And this must make the Lord very sad. Sometimes we underestimate the kind of suffering the Lord endured long before the garden of Gethsemane that fateful night, when the sufferings of His passion began in earnest. Prior to that evening, the Lord endured a kind of death by a thousand cuts: enemies trying to trap Him, crowds wanting medical miracles but no true healing, strident and judgmental Pharisees and other religious leaders, ridicule, and disciples who walked away from Him as he taught about the Eucharist. And even the Twelve, to whom He looked for friendship, seemed completely disconnected from what He was trying to teach them. He also knew that one would betray Him, another deny Him, and all but one would abandon Him, never making it to the foot of the Cross. Oh, the grief that they gave the Lord!

And, oh, the grief that we continue to offer up! How we continue to offend His external glory and be difficult cases for Him! How easy it is for us to be hardheaded and stubborn, to have necks of iron and foreheads of brass! No, we shouldn’t be so quick to scorn the apostles because we do the very same things.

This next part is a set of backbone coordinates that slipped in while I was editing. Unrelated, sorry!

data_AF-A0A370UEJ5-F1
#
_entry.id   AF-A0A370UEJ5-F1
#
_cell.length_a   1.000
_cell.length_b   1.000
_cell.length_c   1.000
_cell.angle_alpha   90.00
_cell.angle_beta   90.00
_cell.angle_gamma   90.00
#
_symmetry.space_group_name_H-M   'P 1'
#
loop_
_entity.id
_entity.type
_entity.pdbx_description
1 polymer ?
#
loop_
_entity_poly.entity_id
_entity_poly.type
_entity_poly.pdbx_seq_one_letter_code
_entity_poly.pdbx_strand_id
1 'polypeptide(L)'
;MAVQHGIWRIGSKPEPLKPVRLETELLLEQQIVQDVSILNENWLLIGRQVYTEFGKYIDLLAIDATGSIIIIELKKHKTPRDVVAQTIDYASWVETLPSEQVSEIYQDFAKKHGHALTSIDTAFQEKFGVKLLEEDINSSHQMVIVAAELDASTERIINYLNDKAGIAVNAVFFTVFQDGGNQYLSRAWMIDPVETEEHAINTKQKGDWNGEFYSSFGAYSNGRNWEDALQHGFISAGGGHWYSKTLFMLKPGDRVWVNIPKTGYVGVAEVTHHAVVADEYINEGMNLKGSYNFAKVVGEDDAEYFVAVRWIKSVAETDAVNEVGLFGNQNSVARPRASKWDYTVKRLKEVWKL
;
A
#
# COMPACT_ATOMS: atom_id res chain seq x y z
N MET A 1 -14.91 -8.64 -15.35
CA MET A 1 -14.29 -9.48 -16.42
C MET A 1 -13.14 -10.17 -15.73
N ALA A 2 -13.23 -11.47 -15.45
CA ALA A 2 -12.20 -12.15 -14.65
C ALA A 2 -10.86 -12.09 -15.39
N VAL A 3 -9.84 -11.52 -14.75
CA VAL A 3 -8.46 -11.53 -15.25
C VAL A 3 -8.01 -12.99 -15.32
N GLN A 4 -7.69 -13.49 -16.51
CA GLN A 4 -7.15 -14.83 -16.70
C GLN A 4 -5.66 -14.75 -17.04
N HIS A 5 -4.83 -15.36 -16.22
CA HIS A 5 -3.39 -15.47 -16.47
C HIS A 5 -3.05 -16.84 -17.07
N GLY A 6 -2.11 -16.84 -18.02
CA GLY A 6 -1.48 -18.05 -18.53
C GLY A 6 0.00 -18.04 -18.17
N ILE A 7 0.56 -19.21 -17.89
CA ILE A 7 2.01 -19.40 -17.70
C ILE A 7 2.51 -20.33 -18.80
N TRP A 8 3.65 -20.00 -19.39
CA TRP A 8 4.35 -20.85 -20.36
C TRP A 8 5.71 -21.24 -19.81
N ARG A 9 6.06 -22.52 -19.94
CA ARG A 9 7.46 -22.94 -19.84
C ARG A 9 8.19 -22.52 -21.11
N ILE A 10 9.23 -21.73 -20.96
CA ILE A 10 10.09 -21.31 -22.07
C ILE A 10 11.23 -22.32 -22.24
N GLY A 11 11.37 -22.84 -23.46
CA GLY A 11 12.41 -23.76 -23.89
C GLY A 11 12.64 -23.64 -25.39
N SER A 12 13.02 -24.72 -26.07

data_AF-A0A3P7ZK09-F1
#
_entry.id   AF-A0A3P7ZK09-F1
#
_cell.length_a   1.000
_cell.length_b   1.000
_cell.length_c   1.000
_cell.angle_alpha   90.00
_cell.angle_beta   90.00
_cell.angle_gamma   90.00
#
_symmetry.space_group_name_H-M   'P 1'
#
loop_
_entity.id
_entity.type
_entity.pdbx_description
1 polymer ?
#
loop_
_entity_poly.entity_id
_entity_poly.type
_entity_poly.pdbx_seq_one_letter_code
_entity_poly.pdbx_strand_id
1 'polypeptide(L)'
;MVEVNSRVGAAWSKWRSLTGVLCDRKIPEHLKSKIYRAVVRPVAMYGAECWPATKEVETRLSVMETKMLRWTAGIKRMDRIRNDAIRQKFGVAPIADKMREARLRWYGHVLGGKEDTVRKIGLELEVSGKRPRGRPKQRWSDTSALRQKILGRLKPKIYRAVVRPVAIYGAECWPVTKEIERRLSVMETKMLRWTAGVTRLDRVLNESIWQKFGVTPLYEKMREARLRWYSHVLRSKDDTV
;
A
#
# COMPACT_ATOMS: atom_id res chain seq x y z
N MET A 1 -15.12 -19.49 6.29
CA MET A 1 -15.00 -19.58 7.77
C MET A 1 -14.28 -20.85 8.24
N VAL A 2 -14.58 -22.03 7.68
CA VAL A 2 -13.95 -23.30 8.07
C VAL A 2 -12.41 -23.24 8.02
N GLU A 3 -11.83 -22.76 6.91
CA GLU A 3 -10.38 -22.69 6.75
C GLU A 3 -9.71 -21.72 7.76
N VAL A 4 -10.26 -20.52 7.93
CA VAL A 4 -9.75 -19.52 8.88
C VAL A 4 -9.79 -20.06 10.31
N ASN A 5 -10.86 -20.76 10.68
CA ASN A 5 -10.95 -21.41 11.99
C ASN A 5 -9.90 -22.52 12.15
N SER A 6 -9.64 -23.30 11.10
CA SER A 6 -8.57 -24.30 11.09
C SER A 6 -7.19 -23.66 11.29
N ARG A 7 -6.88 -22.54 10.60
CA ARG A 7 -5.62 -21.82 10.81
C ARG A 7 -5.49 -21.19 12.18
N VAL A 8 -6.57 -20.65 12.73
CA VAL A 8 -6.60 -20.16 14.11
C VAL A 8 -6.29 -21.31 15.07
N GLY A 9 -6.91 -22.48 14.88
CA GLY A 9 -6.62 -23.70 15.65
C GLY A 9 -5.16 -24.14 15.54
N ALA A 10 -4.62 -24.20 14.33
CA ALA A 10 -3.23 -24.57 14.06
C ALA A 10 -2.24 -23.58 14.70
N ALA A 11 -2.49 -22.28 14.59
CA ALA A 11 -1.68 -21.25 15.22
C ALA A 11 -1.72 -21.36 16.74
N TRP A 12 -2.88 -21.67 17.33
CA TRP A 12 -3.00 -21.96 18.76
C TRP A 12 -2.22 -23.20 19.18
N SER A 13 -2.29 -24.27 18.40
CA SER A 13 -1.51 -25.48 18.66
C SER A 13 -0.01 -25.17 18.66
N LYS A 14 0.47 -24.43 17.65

The Lord can only remind them and us of the monumental price, the true cost. No Cross, no crown! Ultimately, Heaven costs everything, for we must leave this world behind to reach Heaven. The Easter Sunday of glory, whether in this world or in the world to come, is accessed only by a journey through Good Friday.

It is a major price, but it is a price that James and John seem to dismiss. They simply state, categorically, that they are able to drink the cup that the Lord drinks and to be baptized into His death. But they have no idea what they’re talking about, and neither do most of us.

III. Medicinal Prescription – The other apostles join in the inept response by becoming indignant that James and John are trying to get special dibs on the seats of honor. Their indignity simply shows that they also have no idea of anything that the Lord is talking about.

So the Lord tries to bring the big picture of the Cross more down to earth. He tries to make it plain. He says that the greatest in the kingdom is the servant of all, indeed, the slave of all. Is this straightforward enough? It is not those who sit at the head of the table, even those who sit at the foot of the table, nor at any place at the table who are the greatest; the greatest are those who wait on the table, who serve.